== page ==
"Why can’t I try on different lives, like dresses, to see which fits best and is more becoming?"
Found Things is a compendium of curiosity.
Step away from your gadgets!
Two years ago, when the iPhone and iPad were spiking in popularity, when I dined with other technology bloggers and reporters we enthusiastically passed our phones around the table, showing off the latest app or funny YouTube clip.
Now, even as our gadgets can hold more apps and stream faster videos, when I’m at dinner with technologists we play a new game. Attendees happily place their smartphones in a stack in the middle of the table, and the first person who touches his or her phone before the meal is over has to pay the bill.
Rather than being enslaved by your machines, it’s important to maintain a healthy distance. And to step away completely from time to time.
How to walk away: the psychology of lost causes
Most of us know what it’s like to stay in a job or a relationship after it’s stopped being satisfying, or to take on a project that’s too big and be reluctant to admit it. CEOs have been known to allocate manpower and money to projects long after it becomes clear that they are failing. Think of JP Morgan’s “London Whale” Bruno Iksil, who doubled down on a losing bet rather than admit his losses and ultimately cost the bank over six billion dollars. Similarly there was John Edwards, who couldn’t bring himself to end his losing bid for the presidency even after his mistress became pregnant.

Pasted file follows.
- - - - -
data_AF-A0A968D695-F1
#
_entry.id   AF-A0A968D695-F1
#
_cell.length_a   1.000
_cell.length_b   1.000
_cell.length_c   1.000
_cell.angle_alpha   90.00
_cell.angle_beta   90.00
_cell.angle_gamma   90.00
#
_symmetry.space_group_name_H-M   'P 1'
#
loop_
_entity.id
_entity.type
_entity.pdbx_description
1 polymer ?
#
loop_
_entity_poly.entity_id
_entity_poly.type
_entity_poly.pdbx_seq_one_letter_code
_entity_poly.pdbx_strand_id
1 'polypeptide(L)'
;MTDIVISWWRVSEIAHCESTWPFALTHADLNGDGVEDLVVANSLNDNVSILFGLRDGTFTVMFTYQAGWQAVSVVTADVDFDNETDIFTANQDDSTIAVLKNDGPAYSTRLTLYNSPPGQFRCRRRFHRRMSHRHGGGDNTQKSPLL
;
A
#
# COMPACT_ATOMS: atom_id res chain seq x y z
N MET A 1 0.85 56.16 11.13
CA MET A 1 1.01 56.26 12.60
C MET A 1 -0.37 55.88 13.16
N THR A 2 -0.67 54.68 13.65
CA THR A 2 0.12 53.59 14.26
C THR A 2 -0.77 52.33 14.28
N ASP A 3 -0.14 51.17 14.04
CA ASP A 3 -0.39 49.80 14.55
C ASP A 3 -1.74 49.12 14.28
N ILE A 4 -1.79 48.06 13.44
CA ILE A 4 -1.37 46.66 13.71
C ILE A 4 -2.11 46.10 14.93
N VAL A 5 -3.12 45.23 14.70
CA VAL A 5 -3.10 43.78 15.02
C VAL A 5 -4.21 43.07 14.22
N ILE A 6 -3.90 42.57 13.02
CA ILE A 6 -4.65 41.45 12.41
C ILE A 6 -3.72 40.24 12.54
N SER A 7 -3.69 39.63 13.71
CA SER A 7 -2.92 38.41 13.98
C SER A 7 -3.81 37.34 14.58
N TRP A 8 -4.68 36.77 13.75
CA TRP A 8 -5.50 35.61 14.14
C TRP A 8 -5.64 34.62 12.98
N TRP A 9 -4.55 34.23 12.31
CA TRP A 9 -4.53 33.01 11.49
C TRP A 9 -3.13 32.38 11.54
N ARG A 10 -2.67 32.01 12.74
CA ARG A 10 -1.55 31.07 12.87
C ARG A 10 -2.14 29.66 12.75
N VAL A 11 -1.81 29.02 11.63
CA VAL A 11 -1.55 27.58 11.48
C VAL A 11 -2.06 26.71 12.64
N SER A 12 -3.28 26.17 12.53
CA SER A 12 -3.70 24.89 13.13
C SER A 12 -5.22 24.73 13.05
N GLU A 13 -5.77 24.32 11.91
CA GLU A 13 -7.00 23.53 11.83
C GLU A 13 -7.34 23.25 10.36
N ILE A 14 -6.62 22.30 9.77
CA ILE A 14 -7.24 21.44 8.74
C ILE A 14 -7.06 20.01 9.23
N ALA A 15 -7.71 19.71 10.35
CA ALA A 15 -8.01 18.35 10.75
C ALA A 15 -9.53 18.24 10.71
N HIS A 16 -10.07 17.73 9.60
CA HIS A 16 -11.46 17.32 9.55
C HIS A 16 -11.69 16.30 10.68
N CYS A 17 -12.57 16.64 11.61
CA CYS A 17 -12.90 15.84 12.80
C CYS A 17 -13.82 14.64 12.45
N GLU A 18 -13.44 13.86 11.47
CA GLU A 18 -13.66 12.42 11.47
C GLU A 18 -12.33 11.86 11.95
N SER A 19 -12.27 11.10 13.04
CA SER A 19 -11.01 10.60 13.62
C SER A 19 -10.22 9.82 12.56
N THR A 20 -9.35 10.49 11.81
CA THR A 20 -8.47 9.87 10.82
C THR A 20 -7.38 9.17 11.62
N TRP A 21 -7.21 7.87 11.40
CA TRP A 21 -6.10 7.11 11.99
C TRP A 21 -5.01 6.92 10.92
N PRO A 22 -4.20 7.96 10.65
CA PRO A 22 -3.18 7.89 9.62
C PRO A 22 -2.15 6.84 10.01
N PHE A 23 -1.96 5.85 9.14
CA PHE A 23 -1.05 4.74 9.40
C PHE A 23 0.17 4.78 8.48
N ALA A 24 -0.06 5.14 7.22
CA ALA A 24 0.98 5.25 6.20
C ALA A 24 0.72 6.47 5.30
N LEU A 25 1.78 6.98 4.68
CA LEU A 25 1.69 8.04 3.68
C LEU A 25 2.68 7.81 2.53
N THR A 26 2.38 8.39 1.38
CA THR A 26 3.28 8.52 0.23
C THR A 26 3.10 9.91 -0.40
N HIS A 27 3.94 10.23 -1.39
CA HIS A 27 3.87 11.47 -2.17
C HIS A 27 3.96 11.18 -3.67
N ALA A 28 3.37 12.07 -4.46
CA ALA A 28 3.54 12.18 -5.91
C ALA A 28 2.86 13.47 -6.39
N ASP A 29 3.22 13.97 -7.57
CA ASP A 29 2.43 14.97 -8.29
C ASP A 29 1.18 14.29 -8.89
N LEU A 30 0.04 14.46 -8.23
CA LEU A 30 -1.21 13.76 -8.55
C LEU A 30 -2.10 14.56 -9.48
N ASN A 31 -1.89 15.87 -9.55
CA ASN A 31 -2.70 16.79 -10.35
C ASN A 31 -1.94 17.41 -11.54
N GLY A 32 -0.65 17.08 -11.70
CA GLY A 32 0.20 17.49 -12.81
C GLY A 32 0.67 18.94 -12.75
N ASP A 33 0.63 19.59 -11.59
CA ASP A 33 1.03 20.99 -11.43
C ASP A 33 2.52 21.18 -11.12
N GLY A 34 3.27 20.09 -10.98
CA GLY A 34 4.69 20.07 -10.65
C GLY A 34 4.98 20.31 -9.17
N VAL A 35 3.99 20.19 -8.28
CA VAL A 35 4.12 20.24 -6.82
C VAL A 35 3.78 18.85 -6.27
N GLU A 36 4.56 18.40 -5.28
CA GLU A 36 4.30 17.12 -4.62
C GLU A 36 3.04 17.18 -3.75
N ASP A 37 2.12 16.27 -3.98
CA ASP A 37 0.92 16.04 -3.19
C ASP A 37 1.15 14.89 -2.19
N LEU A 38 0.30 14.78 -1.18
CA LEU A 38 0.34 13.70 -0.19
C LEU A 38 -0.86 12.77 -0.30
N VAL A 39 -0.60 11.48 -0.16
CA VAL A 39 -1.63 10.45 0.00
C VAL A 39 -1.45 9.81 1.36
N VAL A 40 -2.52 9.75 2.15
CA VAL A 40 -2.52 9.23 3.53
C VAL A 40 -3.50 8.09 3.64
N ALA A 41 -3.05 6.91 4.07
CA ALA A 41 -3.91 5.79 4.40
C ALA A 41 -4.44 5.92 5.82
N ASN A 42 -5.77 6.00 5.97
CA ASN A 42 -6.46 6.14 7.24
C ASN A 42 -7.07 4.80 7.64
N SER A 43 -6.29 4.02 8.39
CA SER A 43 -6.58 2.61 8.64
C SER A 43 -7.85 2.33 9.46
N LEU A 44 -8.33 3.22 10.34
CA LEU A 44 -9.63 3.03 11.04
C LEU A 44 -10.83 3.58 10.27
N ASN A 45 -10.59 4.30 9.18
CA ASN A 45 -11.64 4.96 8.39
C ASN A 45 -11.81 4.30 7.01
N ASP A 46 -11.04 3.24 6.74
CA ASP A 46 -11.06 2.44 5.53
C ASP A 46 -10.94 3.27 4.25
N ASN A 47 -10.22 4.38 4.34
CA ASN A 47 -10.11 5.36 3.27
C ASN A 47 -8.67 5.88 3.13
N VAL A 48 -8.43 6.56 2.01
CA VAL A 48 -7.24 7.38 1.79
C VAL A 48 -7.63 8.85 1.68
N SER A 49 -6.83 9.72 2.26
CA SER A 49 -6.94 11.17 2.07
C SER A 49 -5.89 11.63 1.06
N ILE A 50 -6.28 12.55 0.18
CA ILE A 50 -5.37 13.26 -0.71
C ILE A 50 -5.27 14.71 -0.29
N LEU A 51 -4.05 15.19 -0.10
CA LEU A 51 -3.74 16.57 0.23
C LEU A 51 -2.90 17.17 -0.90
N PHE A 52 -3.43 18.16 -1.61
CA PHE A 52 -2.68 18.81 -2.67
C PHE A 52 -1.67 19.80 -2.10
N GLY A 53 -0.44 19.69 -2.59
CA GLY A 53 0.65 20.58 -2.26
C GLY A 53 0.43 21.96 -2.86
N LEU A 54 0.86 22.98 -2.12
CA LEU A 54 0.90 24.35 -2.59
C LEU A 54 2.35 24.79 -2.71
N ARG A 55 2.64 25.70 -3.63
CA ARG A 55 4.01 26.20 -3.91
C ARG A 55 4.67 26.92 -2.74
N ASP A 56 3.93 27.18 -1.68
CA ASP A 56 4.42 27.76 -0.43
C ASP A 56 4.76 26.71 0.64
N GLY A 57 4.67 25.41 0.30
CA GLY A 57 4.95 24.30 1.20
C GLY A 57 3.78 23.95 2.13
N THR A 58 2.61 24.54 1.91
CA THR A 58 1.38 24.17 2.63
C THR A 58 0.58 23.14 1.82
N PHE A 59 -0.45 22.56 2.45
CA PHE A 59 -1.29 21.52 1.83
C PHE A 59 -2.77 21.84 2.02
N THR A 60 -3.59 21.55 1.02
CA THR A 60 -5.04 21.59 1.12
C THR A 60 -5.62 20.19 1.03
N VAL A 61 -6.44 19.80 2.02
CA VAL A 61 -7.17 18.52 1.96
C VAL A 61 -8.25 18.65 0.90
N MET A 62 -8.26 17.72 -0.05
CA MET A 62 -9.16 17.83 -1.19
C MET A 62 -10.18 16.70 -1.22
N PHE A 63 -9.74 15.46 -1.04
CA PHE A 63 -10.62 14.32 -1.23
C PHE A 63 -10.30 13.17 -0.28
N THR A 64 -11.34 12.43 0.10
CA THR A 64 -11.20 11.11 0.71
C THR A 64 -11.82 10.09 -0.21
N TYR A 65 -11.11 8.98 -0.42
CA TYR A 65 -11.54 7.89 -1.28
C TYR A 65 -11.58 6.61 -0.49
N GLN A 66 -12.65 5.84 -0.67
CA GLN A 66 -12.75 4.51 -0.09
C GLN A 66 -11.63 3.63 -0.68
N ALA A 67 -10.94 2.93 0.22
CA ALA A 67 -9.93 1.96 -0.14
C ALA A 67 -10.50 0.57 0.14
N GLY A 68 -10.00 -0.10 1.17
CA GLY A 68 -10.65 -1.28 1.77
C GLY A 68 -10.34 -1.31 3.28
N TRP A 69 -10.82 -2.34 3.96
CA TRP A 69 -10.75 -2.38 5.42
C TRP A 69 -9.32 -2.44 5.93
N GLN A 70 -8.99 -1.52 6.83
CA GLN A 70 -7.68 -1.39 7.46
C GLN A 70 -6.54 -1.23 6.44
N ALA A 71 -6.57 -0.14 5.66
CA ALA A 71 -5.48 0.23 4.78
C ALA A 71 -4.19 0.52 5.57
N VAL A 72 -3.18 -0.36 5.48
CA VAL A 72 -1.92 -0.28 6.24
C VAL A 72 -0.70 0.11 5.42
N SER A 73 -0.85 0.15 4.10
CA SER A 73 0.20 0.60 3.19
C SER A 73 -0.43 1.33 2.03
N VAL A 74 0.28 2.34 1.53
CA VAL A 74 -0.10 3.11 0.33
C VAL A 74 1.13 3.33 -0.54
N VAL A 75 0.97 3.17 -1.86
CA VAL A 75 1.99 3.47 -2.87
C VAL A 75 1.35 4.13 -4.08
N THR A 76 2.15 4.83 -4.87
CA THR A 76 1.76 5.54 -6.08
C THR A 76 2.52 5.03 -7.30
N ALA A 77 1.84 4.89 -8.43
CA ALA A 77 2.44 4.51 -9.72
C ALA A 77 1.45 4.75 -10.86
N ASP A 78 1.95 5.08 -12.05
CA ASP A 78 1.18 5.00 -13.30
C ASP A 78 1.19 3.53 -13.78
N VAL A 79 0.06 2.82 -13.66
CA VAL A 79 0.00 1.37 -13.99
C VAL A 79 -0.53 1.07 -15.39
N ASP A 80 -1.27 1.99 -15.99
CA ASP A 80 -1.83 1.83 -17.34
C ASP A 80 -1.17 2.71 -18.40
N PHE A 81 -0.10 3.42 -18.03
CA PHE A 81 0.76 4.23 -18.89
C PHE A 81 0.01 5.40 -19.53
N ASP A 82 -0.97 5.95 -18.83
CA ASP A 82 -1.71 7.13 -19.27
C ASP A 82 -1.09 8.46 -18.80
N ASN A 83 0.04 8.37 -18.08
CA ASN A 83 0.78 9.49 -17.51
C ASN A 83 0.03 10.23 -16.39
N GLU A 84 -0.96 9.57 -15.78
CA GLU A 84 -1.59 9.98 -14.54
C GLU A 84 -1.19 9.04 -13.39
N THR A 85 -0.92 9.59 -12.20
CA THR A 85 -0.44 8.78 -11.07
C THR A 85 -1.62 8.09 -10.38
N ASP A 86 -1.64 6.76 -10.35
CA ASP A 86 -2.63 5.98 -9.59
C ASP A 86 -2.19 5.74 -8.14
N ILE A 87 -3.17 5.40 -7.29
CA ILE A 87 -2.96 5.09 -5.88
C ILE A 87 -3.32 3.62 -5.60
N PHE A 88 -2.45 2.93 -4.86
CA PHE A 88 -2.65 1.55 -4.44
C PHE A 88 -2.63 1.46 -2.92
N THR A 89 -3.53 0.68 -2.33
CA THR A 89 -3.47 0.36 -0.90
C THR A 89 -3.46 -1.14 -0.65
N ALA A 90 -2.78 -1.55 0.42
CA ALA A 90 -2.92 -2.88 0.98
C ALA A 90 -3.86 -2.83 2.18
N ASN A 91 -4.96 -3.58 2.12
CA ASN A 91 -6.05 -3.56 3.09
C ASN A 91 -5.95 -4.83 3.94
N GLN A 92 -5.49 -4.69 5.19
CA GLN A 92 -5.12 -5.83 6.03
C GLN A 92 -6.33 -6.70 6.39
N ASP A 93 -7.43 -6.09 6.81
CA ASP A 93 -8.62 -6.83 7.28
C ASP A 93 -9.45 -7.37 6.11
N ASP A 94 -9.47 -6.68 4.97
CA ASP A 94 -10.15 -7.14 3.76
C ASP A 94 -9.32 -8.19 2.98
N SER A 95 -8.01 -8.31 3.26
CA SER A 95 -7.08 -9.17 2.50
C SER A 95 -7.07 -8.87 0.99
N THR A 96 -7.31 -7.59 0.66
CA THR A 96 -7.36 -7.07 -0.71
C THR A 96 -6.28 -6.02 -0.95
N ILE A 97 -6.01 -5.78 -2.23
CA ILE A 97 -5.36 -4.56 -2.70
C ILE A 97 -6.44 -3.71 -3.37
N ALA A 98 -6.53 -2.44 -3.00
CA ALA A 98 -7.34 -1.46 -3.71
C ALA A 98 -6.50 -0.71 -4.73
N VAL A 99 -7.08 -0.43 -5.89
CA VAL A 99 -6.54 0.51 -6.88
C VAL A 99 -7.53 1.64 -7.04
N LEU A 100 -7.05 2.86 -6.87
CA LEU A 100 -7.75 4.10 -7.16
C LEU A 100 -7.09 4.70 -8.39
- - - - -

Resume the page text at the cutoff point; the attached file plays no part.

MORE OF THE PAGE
The costs to a person who does not know when to quit can be enormous. In economics it’s known as sunk cost fallacy, though the costs are more than financial. While we recognize the fallacy almost immediately in others, it’s harder to see in ourselves. Why?
Full article on the Atlantic.
When an interesting person is momentarily not-interesting, I wait patiently. When a perfect organization…is imperfect, I get annoyed. Because perfect has to be perfect all the time.
Oliver Burkeman went to Texas to the South by Southwest festival of film, music and technology, in search of the next big idea. After three days he found it: the boundary between ‘real life’ and ‘online’ has disappeared
Found Things is built on the belief that curation is just as important as creation. It's about finding the signal in the noise; discovering meaningful knowledge and going some way to quenching our curiosity for the world.